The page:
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In a deal forecast by analysts back in March, New York broadcast titans Cablevision yesterday acquired the Sundance Channel for $496 million. The amount was nearly 25% higher than its valuation at the time, and it adds nearly $50 million to the wallet of minority shareholder and Sundance Film Festival founder Robert Redford; his partners at NBC Universal and CBS pocketed the rest. While Redford is expected to stay with the network, it should undergo plenty of other changes — not the least of which will be its transition to a commercial-supported entity. What else would you expect from Sundance other than a word with its sponsors?

That development would help neutralize what's arguably Cablevision's biggest paradox here: How to create coexistence between Sundance and its current indie-film channel IFC. Sundance currently reaches about 30 million homes, having balanced out uncut broadcasts of its namesake festival's selections with more original programming over the last three years. It stops short of airing commercials, though, which Cablevision will seek to integrate in a fashion similar to its canny evolution of AMC from vintage movie dump to contemporary outlet for mainstream films and original series like Mad Men.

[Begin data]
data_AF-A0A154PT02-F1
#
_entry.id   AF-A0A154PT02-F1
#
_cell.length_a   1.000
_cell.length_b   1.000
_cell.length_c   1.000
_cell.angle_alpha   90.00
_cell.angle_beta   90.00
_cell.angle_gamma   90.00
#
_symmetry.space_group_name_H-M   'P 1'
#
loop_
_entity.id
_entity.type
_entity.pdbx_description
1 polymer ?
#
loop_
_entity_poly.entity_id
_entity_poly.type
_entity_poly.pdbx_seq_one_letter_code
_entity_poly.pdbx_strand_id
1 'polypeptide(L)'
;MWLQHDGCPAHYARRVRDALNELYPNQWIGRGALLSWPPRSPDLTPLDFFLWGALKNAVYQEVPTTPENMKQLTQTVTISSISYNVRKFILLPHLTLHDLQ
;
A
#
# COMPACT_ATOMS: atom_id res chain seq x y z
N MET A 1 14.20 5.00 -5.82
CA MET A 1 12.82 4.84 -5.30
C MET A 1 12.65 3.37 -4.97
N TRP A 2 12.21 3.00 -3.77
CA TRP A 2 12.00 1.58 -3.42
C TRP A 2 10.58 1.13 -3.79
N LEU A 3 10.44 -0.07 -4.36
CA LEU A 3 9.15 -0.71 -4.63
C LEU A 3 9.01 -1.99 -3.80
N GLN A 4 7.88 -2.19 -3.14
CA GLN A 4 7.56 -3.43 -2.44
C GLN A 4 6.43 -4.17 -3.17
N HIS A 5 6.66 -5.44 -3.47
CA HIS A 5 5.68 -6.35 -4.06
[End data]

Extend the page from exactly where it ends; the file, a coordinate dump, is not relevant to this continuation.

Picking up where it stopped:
A commercialized Sundance Channel would also entitle IFC the latitude to pursue its precious mission — "independent film, unedited and commercially uninterrupted 24 hours a day" — with fewer of the tacky on-air branding and sponsorship credits it endures now. (Not that it'd give up all of that easy revenue, but still.) To that end, Sundance last week presented its first upfronts to advertisers, led by Redford himself. Assuming you haven't changed the channel, expect to see the results between Iconoclasts and The Green segments some time this fall.